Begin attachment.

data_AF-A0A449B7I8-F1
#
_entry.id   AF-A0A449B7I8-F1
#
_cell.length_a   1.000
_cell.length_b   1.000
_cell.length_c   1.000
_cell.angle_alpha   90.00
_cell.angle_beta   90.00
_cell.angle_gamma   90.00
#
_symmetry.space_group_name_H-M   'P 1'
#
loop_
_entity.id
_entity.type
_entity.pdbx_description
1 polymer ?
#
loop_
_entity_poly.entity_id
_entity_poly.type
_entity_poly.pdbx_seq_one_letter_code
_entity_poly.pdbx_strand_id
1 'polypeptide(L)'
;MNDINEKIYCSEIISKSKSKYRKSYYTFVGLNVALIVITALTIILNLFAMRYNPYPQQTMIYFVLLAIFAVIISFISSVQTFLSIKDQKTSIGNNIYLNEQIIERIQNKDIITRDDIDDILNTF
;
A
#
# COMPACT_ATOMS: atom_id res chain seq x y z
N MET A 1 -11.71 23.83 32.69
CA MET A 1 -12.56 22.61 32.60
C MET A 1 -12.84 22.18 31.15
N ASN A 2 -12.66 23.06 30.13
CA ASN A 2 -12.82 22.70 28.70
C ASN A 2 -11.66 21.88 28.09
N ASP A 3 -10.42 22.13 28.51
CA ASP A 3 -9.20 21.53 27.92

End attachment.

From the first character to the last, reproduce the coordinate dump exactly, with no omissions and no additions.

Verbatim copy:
data_AF-A0A449B7I8-F1
#
_entry.id   AF-A0A449B7I8-F1
#
_cell.length_a   1.000
_cell.length_b   1.000
_cell.length_c   1.000
_cell.angle_alpha   90.00
_cell.angle_beta   90.00
_cell.angle_gamma   90.00
#
_symmetry.space_group_name_H-M   'P 1'
#
loop_
_entity.id
_entity.type
_entity.pdbx_description
1 polymer ?
#
loop_
_entity_poly.entity_id
_entity_poly.type
_entity_poly.pdbx_seq_one_letter_code
_entity_poly.pdbx_strand_id
1 'polypeptide(L)'
;MNDINEKIYCSEIISKSKSKYRKSYYTFVGLNVALIVITALTIILNLFAMRYNPYPQQTMIYFVLLAIFAVIISFISSVQTFLSIKDQKTSIGNNIYLNEQIIERIQNKDIITRDDIDDILNTF
;
A
#
# COMPACT_ATOMS: atom_id res chain seq x y z
N MET A 1 -11.71 23.83 32.69
CA MET A 1 -12.56 22.61 32.60
C MET A 1 -12.84 22.18 31.15
N ASN A 2 -12.66 23.06 30.13
CA ASN A 2 -12.82 22.70 28.70
C ASN A 2 -11.66 21.88 28.09
N ASP A 3 -10.42 22.13 28.51
CA ASP A 3 -9.20 21.53 27.92